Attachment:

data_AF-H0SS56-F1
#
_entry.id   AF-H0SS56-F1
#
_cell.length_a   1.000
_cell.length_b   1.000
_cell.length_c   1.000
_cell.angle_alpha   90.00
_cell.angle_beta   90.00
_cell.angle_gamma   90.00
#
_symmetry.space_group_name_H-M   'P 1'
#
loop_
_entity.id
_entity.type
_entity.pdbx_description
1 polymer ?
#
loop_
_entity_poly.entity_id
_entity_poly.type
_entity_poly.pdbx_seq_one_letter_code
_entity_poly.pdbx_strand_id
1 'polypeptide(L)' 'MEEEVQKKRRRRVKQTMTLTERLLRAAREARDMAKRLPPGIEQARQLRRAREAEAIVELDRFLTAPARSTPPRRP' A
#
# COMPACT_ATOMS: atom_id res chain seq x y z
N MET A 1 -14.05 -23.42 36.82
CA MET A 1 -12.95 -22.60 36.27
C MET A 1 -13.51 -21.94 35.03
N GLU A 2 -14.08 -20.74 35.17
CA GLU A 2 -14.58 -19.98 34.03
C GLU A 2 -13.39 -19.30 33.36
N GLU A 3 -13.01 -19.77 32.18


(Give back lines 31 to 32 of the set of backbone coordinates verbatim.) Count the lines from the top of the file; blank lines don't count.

N GLU A 2 -14.08 -20.74 35.17
CA GLU A 2 -14.58 -19.98 34.03